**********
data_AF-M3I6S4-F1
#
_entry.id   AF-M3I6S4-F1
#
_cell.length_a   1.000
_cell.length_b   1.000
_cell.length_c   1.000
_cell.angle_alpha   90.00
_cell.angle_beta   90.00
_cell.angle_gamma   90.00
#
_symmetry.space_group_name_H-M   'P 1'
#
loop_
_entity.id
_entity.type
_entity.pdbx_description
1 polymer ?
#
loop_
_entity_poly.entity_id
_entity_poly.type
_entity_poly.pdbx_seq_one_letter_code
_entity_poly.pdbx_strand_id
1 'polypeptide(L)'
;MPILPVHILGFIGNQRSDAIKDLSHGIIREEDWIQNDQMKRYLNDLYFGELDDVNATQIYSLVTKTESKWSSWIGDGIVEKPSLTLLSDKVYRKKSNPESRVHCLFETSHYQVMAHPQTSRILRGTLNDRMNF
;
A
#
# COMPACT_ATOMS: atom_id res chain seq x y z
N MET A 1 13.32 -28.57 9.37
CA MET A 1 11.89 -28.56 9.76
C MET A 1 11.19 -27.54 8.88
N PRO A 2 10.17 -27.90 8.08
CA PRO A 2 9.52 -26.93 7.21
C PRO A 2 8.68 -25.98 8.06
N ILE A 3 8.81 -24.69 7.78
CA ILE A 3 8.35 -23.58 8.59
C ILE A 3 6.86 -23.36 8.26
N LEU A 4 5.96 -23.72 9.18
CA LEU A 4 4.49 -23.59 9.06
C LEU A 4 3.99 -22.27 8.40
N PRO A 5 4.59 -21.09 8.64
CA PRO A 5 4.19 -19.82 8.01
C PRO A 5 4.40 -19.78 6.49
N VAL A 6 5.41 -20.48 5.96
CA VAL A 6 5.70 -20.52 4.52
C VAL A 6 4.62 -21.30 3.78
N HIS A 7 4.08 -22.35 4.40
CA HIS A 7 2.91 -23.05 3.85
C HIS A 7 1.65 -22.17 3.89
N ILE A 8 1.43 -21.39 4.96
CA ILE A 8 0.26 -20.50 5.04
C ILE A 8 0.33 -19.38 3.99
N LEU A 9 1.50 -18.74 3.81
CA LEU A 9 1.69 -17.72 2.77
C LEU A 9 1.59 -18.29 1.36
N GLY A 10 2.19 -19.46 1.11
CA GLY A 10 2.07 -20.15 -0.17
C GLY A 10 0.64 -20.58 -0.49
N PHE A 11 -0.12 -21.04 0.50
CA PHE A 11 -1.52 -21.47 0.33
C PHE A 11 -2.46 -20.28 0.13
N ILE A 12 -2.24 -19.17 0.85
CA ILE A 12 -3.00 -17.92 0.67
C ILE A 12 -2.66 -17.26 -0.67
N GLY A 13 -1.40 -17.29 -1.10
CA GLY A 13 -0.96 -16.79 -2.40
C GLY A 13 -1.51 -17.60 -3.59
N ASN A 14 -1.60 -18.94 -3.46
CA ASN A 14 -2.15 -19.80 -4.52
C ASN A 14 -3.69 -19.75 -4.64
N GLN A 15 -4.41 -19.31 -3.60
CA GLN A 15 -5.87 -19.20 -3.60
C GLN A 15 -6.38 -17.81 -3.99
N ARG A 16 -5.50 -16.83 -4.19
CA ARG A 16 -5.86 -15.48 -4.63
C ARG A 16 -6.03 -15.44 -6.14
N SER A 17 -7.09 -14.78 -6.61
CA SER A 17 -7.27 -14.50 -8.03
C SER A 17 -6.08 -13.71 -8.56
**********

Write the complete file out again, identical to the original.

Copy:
data_AF-M3I6S4-F1
#
_entry.id   AF-M3I6S4-F1
#
_cell.length_a   1.000
_cell.length_b   1.000
_cell.length_c   1.000
_cell.angle_alpha   90.00
_cell.angle_beta   90.00
_cell.angle_gamma   90.00
#
_symmetry.space_group_name_H-M   'P 1'
#
loop_
_entity.id
_entity.type
_entity.pdbx_description
1 polymer ?
#
loop_
_entity_poly.entity_id
_entity_poly.type
_entity_poly.pdbx_seq_one_letter_code
_entity_poly.pdbx_strand_id
1 'polypeptide(L)'
;MPILPVHILGFIGNQRSDAIKDLSHGIIREEDWIQNDQMKRYLNDLYFGELDDVNATQIYSLVTKTESKWSSWIGDGIVEKPSLTLLSDKVYRKKSNPESRVHCLFETSHYQVMAHPQTSRILRGTLNDRMNF
;
A
#
# COMPACT_ATOMS: atom_id res chain seq x y z
N MET A 1 13.32 -28.57 9.37
CA MET A 1 11.89 -28.56 9.76
C MET A 1 11.19 -27.54 8.88
N PRO A 2 10.17 -27.90 8.08
CA PRO A 2 9.52 -26.93 7.21
C PRO A 2 8.68 -25.98 8.06
N ILE A 3 8.81 -24.69 7.78
CA ILE A 3 8.35 -23.58 8.59
C ILE A 3 6.86 -23.36 8.26
N LEU A 4 5.96 -23.72 9.18
CA LEU A 4 4.49 -23.59 9.06
C LEU A 4 3.99 -22.27 8.40
N PRO A 5 4.59 -21.09 8.64
CA PRO A 5 4.19 -19.82 8.01
C PRO A 5 4.40 -19.78 6.49
N VAL A 6 5.41 -20.48 5.96
CA VAL A 6 5.70 -20.52 4.52
C VAL A 6 4.62 -21.30 3.78
N HIS A 7 4.08 -22.35 4.40
CA HIS A 7 2.91 -23.05 3.85
C HIS A 7 1.65 -22.17 3.89
N ILE A 8 1.43 -21.39 4.96
CA ILE A 8 0.26 -20.50 5.04
C ILE A 8 0.33 -19.38 3.99
N LEU A 9 1.50 -18.74 3.81
CA LEU A 9 1.69 -17.72 2.77
C LEU A 9 1.59 -18.29 1.36
N GLY A 10 2.19 -19.46 1.11
CA GLY A 10 2.07 -20.15 -0.17
C GLY A 10 0.64 -20.58 -0.49
N PHE A 11 -0.12 -21.04 0.50
CA PHE A 11 -1.52 -21.47 0.33
C PHE A 11 -2.46 -20.28 0.13
N ILE A 12 -2.24 -19.17 0.85
CA ILE A 12 -3.00 -17.92 0.67
C ILE A 12 -2.66 -17.26 -0.67
N GLY A 13 -1.40 -17.29 -1.10
CA GLY A 13 -0.96 -16.79 -2.40
C GLY A 13 -1.51 -17.60 -3.59
N ASN A 14 -1.60 -18.94 -3.46
CA ASN A 14 -2.15 -19.80 -4.52
C ASN A 14 -3.69 -19.75 -4.64
N GLN A 15 -4.41 -19.31 -3.60
CA GLN A 15 -5.87 -19.20 -3.60
C GLN A 15 -6.38 -17.81 -3.99
N ARG A 16 -5.50 -16.83 -4.19
CA ARG A 16 -5.86 -15.48 -4.63
C ARG A 16 -6.03 -15.44 -6.14
N SER A 17 -7.09 -14.78 -6.61
CA SER A 17 -7.27 -14.50 -8.03
C SER A 17 -6.08 -13.71 -8.56